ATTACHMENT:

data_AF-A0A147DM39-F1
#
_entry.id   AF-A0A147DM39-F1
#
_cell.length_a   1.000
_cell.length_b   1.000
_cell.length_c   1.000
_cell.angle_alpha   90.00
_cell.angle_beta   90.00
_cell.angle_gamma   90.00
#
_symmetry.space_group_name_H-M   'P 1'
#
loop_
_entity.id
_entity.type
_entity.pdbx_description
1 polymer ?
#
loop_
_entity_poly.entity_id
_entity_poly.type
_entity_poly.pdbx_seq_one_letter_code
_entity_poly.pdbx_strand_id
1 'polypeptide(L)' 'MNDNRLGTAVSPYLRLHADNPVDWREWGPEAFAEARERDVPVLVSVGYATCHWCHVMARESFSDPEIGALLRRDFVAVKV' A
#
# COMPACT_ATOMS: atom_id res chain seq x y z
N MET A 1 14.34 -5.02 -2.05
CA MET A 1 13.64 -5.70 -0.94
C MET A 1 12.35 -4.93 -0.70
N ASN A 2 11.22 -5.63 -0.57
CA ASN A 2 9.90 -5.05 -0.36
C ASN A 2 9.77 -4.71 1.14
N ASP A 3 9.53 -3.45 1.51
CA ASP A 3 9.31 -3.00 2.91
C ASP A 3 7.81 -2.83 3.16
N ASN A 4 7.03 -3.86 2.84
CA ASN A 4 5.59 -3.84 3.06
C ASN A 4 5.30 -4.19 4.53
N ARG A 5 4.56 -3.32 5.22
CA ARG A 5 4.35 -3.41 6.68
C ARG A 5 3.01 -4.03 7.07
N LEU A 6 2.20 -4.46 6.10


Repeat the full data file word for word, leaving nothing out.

data_AF-A0A147DM39-F1
#
_entry.id   AF-A0A147DM39-F1
#
_cell.length_a   1.000
_cell.length_b   1.000
_cell.length_c   1.000
_cell.angle_alpha   90.00
_cell.angle_beta   90.00
_cell.angle_gamma   90.00
#
_symmetry.space_group_name_H-M   'P 1'
#
loop_
_entity.id
_entity.type
_entity.pdbx_description
1 polymer ?
#
loop_
_entity_poly.entity_id
_entity_poly.type
_entity_poly.pdbx_seq_one_letter_code
_entity_poly.pdbx_strand_id
1 'polypeptide(L)' 'MNDNRLGTAVSPYLRLHADNPVDWREWGPEAFAEARERDVPVLVSVGYATCHWCHVMARESFSDPEIGALLRRDFVAVKV' A
#
# COMPACT_ATOMS: atom_id res chain seq x y z
N MET A 1 14.34 -5.02 -2.05
CA MET A 1 13.64 -5.70 -0.94
C MET A 1 12.35 -4.93 -0.70
N ASN A 2 11.22 -5.63 -0.57
CA ASN A 2 9.90 -5.05 -0.36
C ASN A 2 9.77 -4.71 1.14
N ASP A 3 9.53 -3.45 1.51
CA ASP A 3 9.31 -3.00 2.91
C ASP A 3 7.81 -2.83 3.16
N ASN A 4 7.03 -3.86 2.84
CA ASN A 4 5.59 -3.84 3.06
C ASN A 4 5.30 -4.19 4.53
N ARG A 5 4.56 -3.32 5.22
CA ARG A 5 4.35 -3.41 6.68
C ARG A 5 3.01 -4.03 7.07
N LEU A 6 2.20 -4.46 6.10